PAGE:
6. I am fortified in my view as the same view was taken by a Bench of this Court in C.M.A. No. 115 of 1925 unreported and also by the Lahore High Court in Khem Ckand v. Narain Das 89 Ind. Cas. 1022 : 6 L. 493 : A.I.R. 1924 Lab. 41. There is an expression of opinion to the contrary by Macleod, C.J., in Shripad v. Gopalkrishna Chandavarkar : AIR1925Bom416 , who says on page 787 Page of 49 B.--[Ed.] 'Speaking for myself, I do not think that when the manager of a joint Hindu family is adjudicated insolvent the power which he had before his insolvency to dispose of family estate for proper purposes, must be considered as vesting in the Receiver or Official Assignee'. It does not seem to be a considered opinion nor is it shared by Coyajee, J., who sat with him. The Chief Justice makes no reference to Section 52 of the Presidency Towns Insolvency Act. With all respect I am unable to accept the Chief Justice's dictum.
7. In this case one further argument has to be considered and that is that because the insolvent father died before the Receiver effected his sale, the sale was without authority and void. It is argued that the power came to an end with the death of the father and that the Receiver was no longer entitled to exercise it. For this argument reliance is placed on the case of Nichols v. Nixey (1875) 29 Ch. D. 1005 : 55 L.J. Ch. 146 : 52 L.T. 80 : 33 W.R. 840. The answer to this contention is provided for by Section 17 of the Act which deals with cases where the insolvent debtor dies pending proceedings in insolvency 1 hat section enacts that unless the Court otherwise orders, the proceedings shall be continued so far as may be necessary for the realisation and distribution of the property of the debtor. The power of sale can thus be exercised for the realisation of the assets of the insolvent even though he is dead. The English case cited is thus no applicable.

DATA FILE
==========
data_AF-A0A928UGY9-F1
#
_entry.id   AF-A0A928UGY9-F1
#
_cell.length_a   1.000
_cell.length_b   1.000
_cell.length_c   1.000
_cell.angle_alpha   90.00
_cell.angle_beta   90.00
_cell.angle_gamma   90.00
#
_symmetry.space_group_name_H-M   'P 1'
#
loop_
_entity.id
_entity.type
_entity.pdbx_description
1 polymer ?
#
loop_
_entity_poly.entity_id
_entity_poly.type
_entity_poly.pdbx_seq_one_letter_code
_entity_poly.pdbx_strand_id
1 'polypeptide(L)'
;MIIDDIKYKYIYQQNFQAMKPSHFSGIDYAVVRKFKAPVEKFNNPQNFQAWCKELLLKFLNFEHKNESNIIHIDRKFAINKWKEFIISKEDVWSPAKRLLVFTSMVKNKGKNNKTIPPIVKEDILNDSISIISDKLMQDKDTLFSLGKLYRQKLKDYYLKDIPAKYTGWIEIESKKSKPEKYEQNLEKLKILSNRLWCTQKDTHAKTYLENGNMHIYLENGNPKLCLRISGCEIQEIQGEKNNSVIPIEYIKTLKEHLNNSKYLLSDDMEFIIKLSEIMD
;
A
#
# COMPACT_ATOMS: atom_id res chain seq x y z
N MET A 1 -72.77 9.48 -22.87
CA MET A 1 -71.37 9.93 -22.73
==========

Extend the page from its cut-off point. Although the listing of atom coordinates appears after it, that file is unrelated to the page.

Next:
8. The appeal fails and is dismissed with costs, to be paid out of the estate, of the Official Receiver and alienees each one set.
9. As I agree with the judgments of my learned brothers I will briefly give my reasons for doing so.